break someone of something
Cause to discontinue a habit or practice, as in Mom tried for years to break Betty of biting her nails. The Oxford English Dictionary cites a quotation from W. Wotton's History of Rome (1701): “He ... broke them of their warm Baths,” which presumably refers to breaking Romans of their custom of bathing regularly. Today we are more apt to break someone of a bad habit. [Early 1600s]
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Words nearby break someone of something
How to use break someone of something in a sentence
Something like fluoride, which is too small for normal filters, yanks away that feeling of agency.
Citizens, perhaps, need to feel like they can communicate something to science.
And yes, someone has already called Spencer a “Small Fry,” har har.Freaking Out About Age Gaps in Gay Relationships Is Homophobic|Samantha Allen|January 9, 2015|DAILY BEAST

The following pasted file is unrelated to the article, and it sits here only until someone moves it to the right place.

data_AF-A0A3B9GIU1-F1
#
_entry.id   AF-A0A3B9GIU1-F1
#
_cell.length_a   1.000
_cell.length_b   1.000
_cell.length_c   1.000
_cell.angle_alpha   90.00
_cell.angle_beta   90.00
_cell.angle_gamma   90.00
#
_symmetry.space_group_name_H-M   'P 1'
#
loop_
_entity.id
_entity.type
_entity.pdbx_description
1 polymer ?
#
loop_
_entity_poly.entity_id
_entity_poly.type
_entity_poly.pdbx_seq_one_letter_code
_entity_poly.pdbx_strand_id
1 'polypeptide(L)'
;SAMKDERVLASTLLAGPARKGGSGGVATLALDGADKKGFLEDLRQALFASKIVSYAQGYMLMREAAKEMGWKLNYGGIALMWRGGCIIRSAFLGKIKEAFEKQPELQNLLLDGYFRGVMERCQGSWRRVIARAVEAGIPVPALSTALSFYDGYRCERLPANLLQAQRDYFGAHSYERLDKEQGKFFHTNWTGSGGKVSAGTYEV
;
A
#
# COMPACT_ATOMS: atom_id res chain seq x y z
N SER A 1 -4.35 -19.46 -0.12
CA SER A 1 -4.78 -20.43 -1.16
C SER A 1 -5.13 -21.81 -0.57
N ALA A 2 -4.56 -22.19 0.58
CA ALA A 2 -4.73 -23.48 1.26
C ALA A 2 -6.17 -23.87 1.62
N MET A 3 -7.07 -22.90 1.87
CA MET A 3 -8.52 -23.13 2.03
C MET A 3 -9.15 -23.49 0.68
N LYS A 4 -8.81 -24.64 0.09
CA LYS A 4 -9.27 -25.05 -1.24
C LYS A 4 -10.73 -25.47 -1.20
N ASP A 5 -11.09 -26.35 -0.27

For someone with anorexia, self-starvation makes them feel better.How Skinny Is Too Skinny? Israel Bans ‘Underweight’ Models|Carrie Arnold|January 8, 2015|DAILY BEAST
“Someone is determined to keep Bill Cosby off TV,” she continued.
He remembered something—the cherished pose of being a man plunged fathoms-deep in business.St. Martin's Summer|Rafael Sabatini
There seems something in that also which I could spare only very reluctantly from a new Bible in the world.The Salvaging Of Civilisation|H. G. (Herbert George) Wells
There is, perhaps, in this childish suffering often something more than the sense of being homeless and outcast.Children's Ways|James Sully
The beauty, the mystery,—this fierce sunshine or something—stir——' She hesitated for a fraction of a second.The Wave|Algernon Blackwood
Were you ever arrested, having in your custody another man's cash, and would rather go to gaol, than break it?